1
$\begingroup$

I imported this object from an .stl file which I created in SolidWorks. I need to export it in a .raw format for further use. But the object is a bit too angular. Is there any way I can smooth it out using blender?

photo of the object

Thank you

$\endgroup$
3
$\begingroup$

enter image description here

  1. In the object mode select the object then there is option "subdivide surface" in the "Add Modifier", as shown in figure at right by red color point 1, after selecting it,

  2. Click the view untill "view 2" as you can see I have View 1 in point 2 written in red color

  3. At left you will see the smooth the press that smooth option

| improve this answer | |
$\endgroup$
  • $\begingroup$ I was looking for something like this! Thank you. $\endgroup$ – menrva Mar 8 '17 at 11:19
  • $\begingroup$ This will introduce far more geometry than is needed. See my answer below for a better approach. $\endgroup$ – JakeD Mar 8 '17 at 14:01
  • $\begingroup$ Even if you don't want to do this much just go to "object mode" select your object then just click "smooth" at left. No much work needed. BTW I am new to blend therefore provided you what I used with my experience. ;-) Thanks @pycoder, this is really good to know!! $\endgroup$ – Prashant Tomar Mar 8 '17 at 18:47
2
$\begingroup$

There is no need to introduce additional geometry here. Use smooth shading, then turn on auto smooth in the mesh settings.

enter image description here

Download the blend file

| improve this answer | |
$\endgroup$
  • $\begingroup$ I don't think that would work. The file is going to be exported as a .raw file which doesn't support smooth shading, let alone Auto Smooth. $\endgroup$ – Scott Milner Mar 8 '17 at 23:18
  • $\begingroup$ @ScottMilner Just adding geometry is not the correct way to accomplish this. If you are sure that the .raw format doesn't support normals, then the proper solution would be to adapt the shader used to render it from the end of whatever imports it. The "more geometry" solution won't fix the problem...it just makes it look better. Incidentally, the other answer uses smooth shading as well ;-) $\endgroup$ – JakeD Mar 9 '17 at 2:50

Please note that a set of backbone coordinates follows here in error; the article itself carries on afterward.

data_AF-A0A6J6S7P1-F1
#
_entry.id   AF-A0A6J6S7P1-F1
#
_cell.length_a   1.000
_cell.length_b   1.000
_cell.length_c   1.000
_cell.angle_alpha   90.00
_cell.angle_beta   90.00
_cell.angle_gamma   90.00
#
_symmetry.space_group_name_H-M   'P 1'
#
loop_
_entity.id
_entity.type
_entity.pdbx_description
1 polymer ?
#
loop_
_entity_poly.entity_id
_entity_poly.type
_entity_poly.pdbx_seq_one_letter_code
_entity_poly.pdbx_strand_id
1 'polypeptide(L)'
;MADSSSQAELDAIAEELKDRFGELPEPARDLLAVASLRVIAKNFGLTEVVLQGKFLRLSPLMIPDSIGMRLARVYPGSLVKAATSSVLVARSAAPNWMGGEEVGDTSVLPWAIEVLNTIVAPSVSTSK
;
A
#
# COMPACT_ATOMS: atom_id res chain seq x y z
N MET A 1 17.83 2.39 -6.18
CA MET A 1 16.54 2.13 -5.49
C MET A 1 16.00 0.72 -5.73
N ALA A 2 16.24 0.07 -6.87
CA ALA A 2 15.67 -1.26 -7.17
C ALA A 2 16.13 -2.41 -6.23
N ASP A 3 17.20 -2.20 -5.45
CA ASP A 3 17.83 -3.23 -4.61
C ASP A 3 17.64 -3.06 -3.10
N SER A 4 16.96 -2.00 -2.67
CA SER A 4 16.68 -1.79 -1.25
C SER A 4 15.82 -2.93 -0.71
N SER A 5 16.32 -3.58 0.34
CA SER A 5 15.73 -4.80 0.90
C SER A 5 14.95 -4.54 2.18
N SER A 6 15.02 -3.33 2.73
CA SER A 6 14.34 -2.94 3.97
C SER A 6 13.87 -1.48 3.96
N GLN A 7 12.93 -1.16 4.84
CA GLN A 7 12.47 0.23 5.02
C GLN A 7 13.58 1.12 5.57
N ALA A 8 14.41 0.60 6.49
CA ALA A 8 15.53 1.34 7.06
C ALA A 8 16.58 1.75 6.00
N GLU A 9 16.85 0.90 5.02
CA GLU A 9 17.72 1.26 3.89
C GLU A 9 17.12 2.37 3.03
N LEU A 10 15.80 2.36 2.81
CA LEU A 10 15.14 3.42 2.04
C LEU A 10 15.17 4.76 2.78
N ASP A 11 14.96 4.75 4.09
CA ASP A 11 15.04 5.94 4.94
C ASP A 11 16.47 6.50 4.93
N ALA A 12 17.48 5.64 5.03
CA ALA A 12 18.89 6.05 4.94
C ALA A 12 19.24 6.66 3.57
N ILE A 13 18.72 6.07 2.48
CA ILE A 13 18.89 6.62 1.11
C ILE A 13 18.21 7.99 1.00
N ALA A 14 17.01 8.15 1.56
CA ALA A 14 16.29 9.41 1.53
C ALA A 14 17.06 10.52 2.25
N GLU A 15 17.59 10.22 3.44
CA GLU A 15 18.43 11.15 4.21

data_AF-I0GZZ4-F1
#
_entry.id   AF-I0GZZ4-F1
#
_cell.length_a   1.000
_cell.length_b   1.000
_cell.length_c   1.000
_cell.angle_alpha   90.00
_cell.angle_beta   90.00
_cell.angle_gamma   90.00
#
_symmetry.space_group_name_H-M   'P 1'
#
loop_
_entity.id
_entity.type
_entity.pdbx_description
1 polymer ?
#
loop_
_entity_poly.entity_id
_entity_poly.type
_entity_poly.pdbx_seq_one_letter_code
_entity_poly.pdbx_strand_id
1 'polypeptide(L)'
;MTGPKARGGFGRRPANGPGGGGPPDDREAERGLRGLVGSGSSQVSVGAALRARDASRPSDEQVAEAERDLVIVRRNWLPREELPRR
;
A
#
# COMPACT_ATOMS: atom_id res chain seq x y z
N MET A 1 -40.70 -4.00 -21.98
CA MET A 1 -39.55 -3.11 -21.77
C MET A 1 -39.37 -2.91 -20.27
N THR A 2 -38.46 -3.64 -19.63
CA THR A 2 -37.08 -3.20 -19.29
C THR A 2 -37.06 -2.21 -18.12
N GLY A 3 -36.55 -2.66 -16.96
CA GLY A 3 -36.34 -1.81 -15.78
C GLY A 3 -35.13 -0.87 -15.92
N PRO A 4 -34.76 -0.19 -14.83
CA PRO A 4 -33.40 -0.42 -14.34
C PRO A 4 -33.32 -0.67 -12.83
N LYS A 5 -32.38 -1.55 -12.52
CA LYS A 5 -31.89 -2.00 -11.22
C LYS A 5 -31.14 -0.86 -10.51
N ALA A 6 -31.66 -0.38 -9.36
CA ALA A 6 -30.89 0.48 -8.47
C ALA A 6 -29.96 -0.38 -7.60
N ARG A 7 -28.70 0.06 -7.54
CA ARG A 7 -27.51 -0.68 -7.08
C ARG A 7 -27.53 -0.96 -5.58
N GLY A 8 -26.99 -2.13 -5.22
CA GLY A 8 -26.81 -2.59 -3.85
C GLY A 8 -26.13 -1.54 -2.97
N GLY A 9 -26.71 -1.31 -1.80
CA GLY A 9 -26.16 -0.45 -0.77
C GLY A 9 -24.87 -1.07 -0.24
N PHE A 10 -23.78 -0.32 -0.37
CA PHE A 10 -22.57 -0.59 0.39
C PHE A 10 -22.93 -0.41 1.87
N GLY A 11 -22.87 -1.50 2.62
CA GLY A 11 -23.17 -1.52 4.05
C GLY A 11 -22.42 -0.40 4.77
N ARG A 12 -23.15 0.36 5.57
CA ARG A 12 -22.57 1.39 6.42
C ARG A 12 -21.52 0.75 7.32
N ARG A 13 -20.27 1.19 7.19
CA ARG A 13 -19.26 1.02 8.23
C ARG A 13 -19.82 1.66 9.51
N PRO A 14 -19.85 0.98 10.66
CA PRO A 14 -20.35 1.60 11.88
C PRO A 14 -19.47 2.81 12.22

• 2
    $\begingroup$ I'm not sure what @menrva's purpose with this is, but the .raw file is just a list of 10 numbers per face: three coordinate points and a normal vector per triangle. If they are wanting to render it, then your solution would be fine. For 3D printing, though, more geometry is the only solution. Also, smooth shading doesn't change the outline of an object, and the sharp edges could still be seen in close up rendering. $\endgroup$ – Scott Milner Mar 9 '17 at 4:25
  • $\begingroup$ @ScottMilner Interesting about the .raw format...I've never used it before. Regarding 3D printing, that is correct, but the two scenarios that you gave are very specialized, so my answer still works as a way to do this. On the other hand, a plain subsurf modifier will not have the correct form at all. You need bevel or edge split, etc. to make it work. $\endgroup$ – JakeD Mar 9 '17 at 12:53

Your Answer

By clicking “Post Your Answer”, you agree to our terms of service, privacy policy and cookie policy

Not the answer you're looking for? Browse other questions tagged or ask your own question.